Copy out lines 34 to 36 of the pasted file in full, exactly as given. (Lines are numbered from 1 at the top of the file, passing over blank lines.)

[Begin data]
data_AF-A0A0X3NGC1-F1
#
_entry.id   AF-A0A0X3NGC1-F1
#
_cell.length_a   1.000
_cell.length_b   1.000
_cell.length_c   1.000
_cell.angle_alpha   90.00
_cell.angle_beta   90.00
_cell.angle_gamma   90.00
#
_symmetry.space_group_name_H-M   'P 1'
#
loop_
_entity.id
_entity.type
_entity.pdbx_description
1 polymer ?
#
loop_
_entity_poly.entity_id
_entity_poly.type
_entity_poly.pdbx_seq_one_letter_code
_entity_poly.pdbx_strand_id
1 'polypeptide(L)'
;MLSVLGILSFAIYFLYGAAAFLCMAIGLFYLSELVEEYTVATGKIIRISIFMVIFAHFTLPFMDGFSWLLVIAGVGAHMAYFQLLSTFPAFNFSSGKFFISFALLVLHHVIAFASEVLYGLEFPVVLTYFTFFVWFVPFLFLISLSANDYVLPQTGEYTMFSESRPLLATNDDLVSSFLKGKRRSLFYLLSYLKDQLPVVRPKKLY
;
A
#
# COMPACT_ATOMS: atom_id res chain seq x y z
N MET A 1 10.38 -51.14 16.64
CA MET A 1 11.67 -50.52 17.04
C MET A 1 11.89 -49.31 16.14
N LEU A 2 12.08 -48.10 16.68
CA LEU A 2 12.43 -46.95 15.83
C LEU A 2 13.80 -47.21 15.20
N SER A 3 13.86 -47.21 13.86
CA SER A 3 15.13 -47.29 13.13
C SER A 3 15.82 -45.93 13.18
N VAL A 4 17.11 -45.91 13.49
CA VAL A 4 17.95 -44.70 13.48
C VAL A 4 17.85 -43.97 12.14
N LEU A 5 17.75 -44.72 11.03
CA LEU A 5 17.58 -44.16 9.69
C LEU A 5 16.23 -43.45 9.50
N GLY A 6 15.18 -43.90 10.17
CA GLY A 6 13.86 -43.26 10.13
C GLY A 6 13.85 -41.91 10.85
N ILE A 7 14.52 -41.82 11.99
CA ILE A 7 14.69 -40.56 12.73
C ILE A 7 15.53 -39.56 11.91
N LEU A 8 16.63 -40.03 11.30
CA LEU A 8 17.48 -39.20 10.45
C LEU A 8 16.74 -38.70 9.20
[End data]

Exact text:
N LEU A 2 12.08 -48.10 16.68
CA LEU A 2 12.43 -46.95 15.83
C LEU A 2 13.80 -47.21 15.20